Trail Running for Beginners: The Definitive Guide To Off Road Running

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If you’re new to off road running and wondering how to start trail running and what you need to know before you go off and run a trail for the first time, then you’ve come to the right place! Our definitive guide to trail running for beginners includes all you need to know about trail running, including how to trail run, trail running tips, key running gear for beginners and information on finding trails to run.


In this guide we’re answering all your biggest questions about how to start trail running. We’re starting by answering the first questions most people have about trail running, including, quite simply, ‘what is trail running?’, and sharing all you need to know about trail running basics and how to trail run when it comes to finding trails, pacing yourself and technique, so you can have the best time out there running trails. I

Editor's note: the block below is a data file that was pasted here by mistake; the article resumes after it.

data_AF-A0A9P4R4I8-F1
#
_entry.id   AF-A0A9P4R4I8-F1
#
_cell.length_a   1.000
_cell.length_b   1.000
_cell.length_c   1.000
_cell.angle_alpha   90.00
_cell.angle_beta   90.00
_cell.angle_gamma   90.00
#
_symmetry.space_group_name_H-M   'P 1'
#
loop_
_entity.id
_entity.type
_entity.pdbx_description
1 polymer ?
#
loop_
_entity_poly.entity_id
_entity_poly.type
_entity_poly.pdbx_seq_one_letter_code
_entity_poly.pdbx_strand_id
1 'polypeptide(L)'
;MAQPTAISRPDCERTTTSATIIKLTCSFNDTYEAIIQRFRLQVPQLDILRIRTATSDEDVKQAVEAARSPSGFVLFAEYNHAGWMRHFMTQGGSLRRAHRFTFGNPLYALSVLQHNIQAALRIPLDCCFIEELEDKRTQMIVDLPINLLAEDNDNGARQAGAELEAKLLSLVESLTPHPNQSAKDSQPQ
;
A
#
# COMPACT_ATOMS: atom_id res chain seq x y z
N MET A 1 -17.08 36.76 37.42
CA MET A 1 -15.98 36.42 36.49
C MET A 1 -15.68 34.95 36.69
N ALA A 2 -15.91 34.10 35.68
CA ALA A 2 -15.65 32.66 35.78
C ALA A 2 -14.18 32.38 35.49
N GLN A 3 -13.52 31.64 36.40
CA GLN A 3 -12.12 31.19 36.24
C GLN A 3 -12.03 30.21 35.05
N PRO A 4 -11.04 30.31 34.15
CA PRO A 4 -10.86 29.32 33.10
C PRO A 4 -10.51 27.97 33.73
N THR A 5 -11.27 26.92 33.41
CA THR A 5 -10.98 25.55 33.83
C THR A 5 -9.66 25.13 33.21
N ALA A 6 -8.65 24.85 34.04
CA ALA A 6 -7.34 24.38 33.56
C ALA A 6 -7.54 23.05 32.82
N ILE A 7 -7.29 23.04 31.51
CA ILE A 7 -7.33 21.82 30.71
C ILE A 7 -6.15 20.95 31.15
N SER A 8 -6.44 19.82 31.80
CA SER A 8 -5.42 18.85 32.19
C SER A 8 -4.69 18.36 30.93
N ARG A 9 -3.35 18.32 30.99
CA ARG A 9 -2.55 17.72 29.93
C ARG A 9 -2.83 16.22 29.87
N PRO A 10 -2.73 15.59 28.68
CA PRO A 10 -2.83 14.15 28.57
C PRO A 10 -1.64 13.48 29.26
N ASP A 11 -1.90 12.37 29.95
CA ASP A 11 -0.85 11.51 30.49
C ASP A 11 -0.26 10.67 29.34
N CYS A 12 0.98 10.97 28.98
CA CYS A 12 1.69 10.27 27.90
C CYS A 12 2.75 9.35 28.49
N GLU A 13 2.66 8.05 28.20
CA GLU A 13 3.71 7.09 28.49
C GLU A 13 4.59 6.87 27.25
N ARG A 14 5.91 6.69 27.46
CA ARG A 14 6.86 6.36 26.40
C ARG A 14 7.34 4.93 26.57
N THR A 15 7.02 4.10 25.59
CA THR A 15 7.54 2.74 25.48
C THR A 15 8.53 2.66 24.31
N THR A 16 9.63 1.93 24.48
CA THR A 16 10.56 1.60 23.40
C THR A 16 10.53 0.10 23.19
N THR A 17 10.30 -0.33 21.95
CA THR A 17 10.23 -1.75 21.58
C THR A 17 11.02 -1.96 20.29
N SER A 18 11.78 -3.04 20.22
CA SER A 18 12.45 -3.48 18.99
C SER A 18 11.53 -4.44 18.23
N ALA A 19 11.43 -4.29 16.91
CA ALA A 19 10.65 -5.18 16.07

f you’re new to our website then we have loads of trail running gear reviews, trail running tips posts and inspiration for destination trail races across the site, so stick around after you’ve read this post on how to start trail running for more advice and ideas for future running adventures.

Click one of the links below to jump to specific sections, or scroll down to read the complete Guide to Trail Running for Beginners:

Trail Running For Beginners – Table of Contents

What Is Trail Running?

Trail running means primarily off road running, such as running on dirt and forest trails. Running trails can be as mellow as a 5k lap around your local city park or as extreme as a multi-day mountain running adventure across remote terrain.

Is Trail Running More Difficult Than Road Running?

If you’re new to trail running but already have experience with regular running on pavement and roads then you may be wondering how trail running compares to road running and what the key differences are.

Matterhorn Ultraks 30k - Beginner's Guide To Trail Running
Running A Mountain Marathon in Switzerland

To answer the common question which is ‘is trail running more difficult than road running?’, then yes, in many ways trail running is more difficult than road running… BUT with that said, trail running can be as hard or easy as you want to make it.

While a motivation for many runners when running on roads is to improve speed and pace over a certain distance, and work hard to beat PRs, the motivation for many trail runners is different.